XML is an extremely successful technology, but it has flaws that some say could be fixed by MicroXML, a simpler, backward-compatible specification of XML.
James Clark first proposed the MicroXML specification in a Dec. 13, 2010 blog post. In it, he described MicroXML as a “subset of XML 1.0 that is not intended to replace XML 1.0, but is intended for contexts where XML 1.0 is, or is perceived as, too heavyweight.”
Interest in MicroXML has recently swelled again. On June 12, Uche Ogbuji, partner at Zepheira (an information management solution provider), wrote about MicroXML in an IBM developerWorks blog post. He explained that MicroXML is an attractive alternative because “People are dealing with the complexity of XML namespaces, and with recent XML processing specs, such as XPath, XSLT and XQuery 3.0. Some influential core XML experts looked at the bold possibility of starting over with a simplification of XML itself.”
In a June interview with SD Times, Ogbuji said that “MicroXML has been a move from not inside the establishment; that’s the best way to put it. MicroXML is a bit of a movement of outsiders, but that’s okay because some of the best things in XML have come from outsiders.
“James Clark is one of the most respected computer scientists and engineers in the XML world,” he continued. “So when he came out and said, ‘Let’s simplify XML, and actually I have some specific ideas on how we should do it,’ a lot of people really paid attention.”
MicroXML has been supported and advanced by John Cowan, who wrote an editor’s draft of a specification for MicroXML and also created its first parser, MicroLark. MicroLark is open source (Apache 2.0 license), written in the Java language, and implements several modes of parsing: pull mode, push mode and tree mode.
“MicroXML is a simplified version of XML, in the same way that XML is a simplified version of [Standard Generalized Markup Language],” Cowan told SD Times in an interview.
He said that MicroXML is not intended to compete with existing applications of XML, but to extend the range of XML into places where XML has historically been disfavored for its perceived complexity.
When asked for more details, Cowan explained, “In particular, MicroXML is not specially applicable to the Web, although it is easy to write documents which are both valid HTML5 and well-formed MicroXML; this makes them easier to process server-side before delivering as HTML.”
According to Cowan, some of the benefits of MicroXML include its simplicity. “The specification is shorter (10 pages vs. about 50 pages for XML + XML Namespaces + XML Base + xml:id), and hopefully easier to understand,” he explained. “The data model is much simpler to use. Consequently, both parsers and applications are easier to write.”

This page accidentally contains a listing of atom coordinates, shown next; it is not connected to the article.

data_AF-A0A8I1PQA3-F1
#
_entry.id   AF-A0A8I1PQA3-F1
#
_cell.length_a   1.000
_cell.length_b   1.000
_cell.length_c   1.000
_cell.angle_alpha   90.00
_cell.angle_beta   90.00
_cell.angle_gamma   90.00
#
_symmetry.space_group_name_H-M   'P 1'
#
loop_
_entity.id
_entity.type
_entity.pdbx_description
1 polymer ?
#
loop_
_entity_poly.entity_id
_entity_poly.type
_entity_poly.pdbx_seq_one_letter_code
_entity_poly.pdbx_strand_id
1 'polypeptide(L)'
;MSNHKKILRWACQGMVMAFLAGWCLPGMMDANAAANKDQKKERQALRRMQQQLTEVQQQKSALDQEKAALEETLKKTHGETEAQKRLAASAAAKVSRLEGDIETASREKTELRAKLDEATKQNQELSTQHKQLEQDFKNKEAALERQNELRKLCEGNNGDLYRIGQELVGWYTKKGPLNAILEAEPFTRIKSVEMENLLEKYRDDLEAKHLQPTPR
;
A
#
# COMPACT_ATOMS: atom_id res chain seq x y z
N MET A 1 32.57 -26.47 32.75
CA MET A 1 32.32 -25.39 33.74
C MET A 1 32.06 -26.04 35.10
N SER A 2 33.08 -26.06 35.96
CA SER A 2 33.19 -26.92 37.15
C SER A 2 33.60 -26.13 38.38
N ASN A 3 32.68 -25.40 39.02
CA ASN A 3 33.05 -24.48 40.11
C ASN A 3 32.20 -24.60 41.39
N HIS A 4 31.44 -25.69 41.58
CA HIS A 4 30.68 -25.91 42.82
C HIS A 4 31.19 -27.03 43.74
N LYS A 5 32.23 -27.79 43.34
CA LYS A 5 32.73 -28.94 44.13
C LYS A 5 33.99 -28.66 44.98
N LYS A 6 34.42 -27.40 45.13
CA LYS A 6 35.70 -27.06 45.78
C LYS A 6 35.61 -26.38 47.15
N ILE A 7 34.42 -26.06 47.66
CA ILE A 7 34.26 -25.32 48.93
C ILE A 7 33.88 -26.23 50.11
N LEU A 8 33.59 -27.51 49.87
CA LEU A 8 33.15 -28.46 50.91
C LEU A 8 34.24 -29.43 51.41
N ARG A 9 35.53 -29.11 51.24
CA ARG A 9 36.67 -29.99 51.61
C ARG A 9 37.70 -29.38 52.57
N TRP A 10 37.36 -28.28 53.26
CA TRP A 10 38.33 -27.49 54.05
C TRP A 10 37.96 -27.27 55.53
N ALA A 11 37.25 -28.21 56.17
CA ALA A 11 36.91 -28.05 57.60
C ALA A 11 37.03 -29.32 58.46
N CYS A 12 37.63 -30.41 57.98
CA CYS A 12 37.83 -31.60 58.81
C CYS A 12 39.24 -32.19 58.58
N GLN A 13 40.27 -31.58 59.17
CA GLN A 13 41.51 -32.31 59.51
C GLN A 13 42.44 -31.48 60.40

MicroXML is backward-compatible to XML. In fact, “All MicroXML documents are also well-formed XML. Almost any XML document can be converted to MicroXML without loss of information,” Cowan said.
He said MicroXML is easier to use than XML “because there are fewer special cases, and because programs based on the MicroXML data model don’t have to handle all those special cases. The entire data model of MicroXML is composed of elements, attribute-value pairs and character content.”
But MicroXML has been slow to gain attention, despite a seeming lack of active opposition. Cowan went so far as to say, “There is a lot more indifference than support. Most people who use XML are content with it, warts and all, and those who aren’t content and don’t use it have never heard of MicroXML.”
Those who have heard of MicroXML express doubts that the new specification is even necessary. Among them are blogger Anne van Kesteren, who wrote in a Dec. 21, 2010 blog post titled, “Why do we need MicroXML?”: “Dropping a few features from XML would certainly make it less complex… But I am not convinced that is really worth it. Going to XML from SGML made sense. Nobody managed to implement SGML fully. Implementing XML, while non-trivial, has been done a fair number of times.
“I do not think XML is sufficiently complex to warrant a new language,” van Kesteren continued.
In his blog, Ogbuji admitted that “MicroXML has no official standing in any recognized standards organization, but it is of great interest to XML developers for several reasons. John Cowan has already developed MicroLark—a Java implementation—and I developed one for Python.”
Ogbuji insisted that there is a great deal of interest in the MicroXML specification. “Remember, many of the most important modern specs, such as JSON and Markdown, had similarly informal roots,” he said.
To gain validity and more interest, Cowan suggested to the World Wide Web Consortium’s XML Core Working Group (of which he is a member) that they consider MicroXML, but there was insufficient interest, he said. Instead, he added, the group suggested a community group be created. They are much more informal than working groups, but that has not yet happened either, he said.
Ian Jacobs, head of W3C communications, said, “To my knowledge, MicroXML is not currently on the W3C agenda—although some of the people involved, such as John Cowan, participate in relevant W3C Working Groups. If the community of supporters of MicroXML wishes to bring this to W3C, there are several options.”
What is the MicroXML specification’s fate going forward? Will it be adopted by users or approved by the W3C? “I’d like to see it adopted by users to help them solve their problems,” Cowan said. “And if standardization by the W3C or another standards organization helps that goal, then I’m all for standardization and I’d be willing to work on it.”